With Microsoft's huge emphasis on shifting to cloud in recent years, the company and its partners were well positioned for the sudden surge in demand for remote-work solutions, Microsoft Channel Chief Gavriella Schuster said in an interview with CRN.
From Microsoft Teams online collaboration to Windows Virtual Desktop to Azure migration and security, Microsoft and its partners had laid the groundwork for a full-on cloud transition over recent years, said Schuster, who is corporate vice president for Microsoft's One Commercial Partner organization.
The arrival of the COVID-19 coronavirus pandemic has led countless businesses to move to work-from-home at a breakneck pace since March.
"We've been working toward this," Schuster said -- "even though we had no idea" what exactly was coming.
"If you look for a silver lining, it is that I think our partners were very well prepared. A lot of the solutions that we've been working on helping them build fit well into what customers need right now," Schuster said.
The shift is not expected to be temporary, either, she said.
"I think that the world will probably never work the same again," Schuster said. "That creates even more opportunity, long term, for our partners."
Of the myriad technology ecosystems in 2020, "the Microsoft one has been uniquely prepared for the challenge of secure remote work," said Reed Wiedower, CTO of Washington, D.C.-based New Signature, in an email to CRN.
"I know a lot of organizations that depended upon non-enterprise focused products (Zoom comes to mind, G Suite and Slack too) that worked great in a single scenario. But as soon as folks really began to use them heavily, they either didn't scale up, or security flaws were revealed that resulted in customers completely abandoning the products," Wiedower said. "And that's kind of at the heart of this moment: a lot of competitors to Microsoft built products that were less expensive, and touted as 'good enough’ -- until folks found out that if everyone had to work from home, on unreliable internet connections (or ones that were simply saturated from use) -– that the products didn't stand up. You get what you pay for."
Solution providers have played a central role in deploying Microsoft's Teams collaboration app to customers during the sudden remote-work shift. Teams added 12 million users during a single week in March, bringing the number of daily active users to 44 million.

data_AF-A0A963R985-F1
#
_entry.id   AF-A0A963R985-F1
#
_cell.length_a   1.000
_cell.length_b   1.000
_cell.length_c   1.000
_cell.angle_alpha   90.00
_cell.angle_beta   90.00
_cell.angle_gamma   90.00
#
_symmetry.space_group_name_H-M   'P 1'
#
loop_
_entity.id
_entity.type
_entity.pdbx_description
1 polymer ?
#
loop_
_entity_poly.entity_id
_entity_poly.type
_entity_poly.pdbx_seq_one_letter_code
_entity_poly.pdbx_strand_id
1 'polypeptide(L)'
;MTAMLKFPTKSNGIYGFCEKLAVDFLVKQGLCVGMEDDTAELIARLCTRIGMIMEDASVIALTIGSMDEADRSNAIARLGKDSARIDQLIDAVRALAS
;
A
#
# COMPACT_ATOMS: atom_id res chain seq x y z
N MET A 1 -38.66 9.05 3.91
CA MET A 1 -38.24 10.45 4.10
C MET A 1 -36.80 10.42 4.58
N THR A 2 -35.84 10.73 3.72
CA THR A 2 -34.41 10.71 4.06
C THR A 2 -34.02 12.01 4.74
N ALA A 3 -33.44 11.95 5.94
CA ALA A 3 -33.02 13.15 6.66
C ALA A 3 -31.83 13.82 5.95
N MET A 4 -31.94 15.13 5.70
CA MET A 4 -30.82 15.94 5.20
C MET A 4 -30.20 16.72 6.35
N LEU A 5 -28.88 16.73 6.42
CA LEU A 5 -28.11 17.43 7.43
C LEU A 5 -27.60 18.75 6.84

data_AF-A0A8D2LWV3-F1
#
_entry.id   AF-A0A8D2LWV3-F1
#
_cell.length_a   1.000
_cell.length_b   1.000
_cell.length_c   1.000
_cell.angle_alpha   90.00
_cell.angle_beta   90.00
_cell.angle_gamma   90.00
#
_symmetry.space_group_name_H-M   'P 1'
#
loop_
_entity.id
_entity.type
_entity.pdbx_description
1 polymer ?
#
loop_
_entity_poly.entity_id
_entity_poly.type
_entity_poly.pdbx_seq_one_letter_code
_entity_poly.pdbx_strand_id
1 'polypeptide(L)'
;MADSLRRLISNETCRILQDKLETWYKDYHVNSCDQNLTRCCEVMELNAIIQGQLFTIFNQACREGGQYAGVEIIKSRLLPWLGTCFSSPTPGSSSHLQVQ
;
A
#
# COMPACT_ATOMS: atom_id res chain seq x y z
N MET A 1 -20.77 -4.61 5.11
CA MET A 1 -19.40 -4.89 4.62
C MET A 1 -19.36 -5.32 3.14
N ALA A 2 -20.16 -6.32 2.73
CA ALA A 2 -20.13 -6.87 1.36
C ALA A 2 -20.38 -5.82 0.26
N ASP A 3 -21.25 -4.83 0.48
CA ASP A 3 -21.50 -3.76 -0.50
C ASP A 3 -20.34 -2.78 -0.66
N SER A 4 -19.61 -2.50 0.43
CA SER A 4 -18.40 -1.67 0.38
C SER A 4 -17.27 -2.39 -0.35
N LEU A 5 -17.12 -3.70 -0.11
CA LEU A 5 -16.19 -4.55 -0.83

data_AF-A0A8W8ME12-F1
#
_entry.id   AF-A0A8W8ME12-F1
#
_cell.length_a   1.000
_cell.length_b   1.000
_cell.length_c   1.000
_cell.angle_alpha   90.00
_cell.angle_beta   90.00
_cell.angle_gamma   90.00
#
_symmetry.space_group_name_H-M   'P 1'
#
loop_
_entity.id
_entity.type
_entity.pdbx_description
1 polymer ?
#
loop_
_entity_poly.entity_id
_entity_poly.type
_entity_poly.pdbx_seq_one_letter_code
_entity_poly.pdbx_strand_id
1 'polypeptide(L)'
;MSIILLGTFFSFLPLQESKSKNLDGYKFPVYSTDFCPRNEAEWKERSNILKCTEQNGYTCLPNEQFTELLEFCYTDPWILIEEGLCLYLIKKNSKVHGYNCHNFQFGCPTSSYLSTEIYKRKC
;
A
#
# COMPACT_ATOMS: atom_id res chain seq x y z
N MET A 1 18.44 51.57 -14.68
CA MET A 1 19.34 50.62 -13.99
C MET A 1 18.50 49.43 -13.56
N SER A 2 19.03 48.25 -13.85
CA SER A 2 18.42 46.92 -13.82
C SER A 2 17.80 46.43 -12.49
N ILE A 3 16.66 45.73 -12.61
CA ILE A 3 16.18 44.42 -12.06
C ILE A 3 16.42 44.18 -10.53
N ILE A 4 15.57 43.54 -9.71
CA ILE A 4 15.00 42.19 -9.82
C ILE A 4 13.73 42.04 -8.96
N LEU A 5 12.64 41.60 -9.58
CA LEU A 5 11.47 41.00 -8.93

In early March, Microsoft launched a free Office 365 E1 subscription for six months to businesses and educational institutions that aren't currently licensed for Teams. The free Teams subscription has been "very popular," Schuster said. "I've heard both from customers and partners, it was just the right thing at just the right time."
Because the solution is free, however, Microsoft has moved to enhance financial incentives for partners bringing Teams to customers, she said. Earlier this month, Microsoft increased incentive payouts for partners around Teams usage.
"It was a way for us to support those partners and pay them for the additional usage they're driving--during this time when they were kind of giving their services away," Schuster said.
Robby Hill, CEO of Florence, S.C.-based HillSouth, called the incentive increase a "strong" move by Microsoft, "during a time in which customers are looking to rapidly deploy products like Teams."
"And whatever product they deploy now is something that customers are going to be locked into for a very long time – well past the current crisis we're in," Hill said.
Meanwhile, usage of Windows Virtual Desktop--which simplifies the deployment of virtual desktops while providing a less expensive licensing model usage--has seen growth of more than 3X during the shift to remote-work, according to Microsoft.
Company executives and solution providers have touted Windows Virtual Desktop as a massive opportunity for the channel since its debut last fall. But prior to the COVID-19 crisis, "we were just at the beginning stages" of rolling out Windows Virtual Desktop to customers, Schuster said.
"We'd had our cohort of partners that had been building those solutions with us and were ready to go," she said. "Those are some of the partners that got way overwhelmed. Because they were like, I can do Windows Virtual Desktop, but now all these customers who weren't quite prepared--where [for instance] their call centers now have to be done from home--they need Windows Virtual Desktops. So they've pulled that together."
Schuster estimated that more than 90 percent of the Windows Virtual Desktop deployments have been serviced by partners.
Since the shift to remote work began, organizations that had built out complex virtual-desktop environments have begun to recognize that--as soon as employees were all forced to use them--those environments came up short, Wiedower said.
"Hence the burning desire to leverage Windows Virtual Desktop, and even more importantly, to modernize apps so that scenario isn't even needed," he said.
Looking ahead beyond the current crisis, "we believe that customers will continue to focus on remote work,” Schuster said. “They're going to focus on business continuity. They're going to focus on security and compliance. And then we think that they're probably going to turn their attention to cost optimization measures. So we're looking at how we can support them through all of those things.”
The good news for partners is that "even once things eventually get back to normal, the benefits will still accrue to partners and customers that were in the Microsoft ecosystem," Wiedower said. "Building your business on advertising dollars, rather than on folks paying each month for quality software products, isn't sustainable in the long run, and creates lots of opportunities to violate trust. Being able to 'work everywhere securely' is no longer marketing speak: it's the new normal."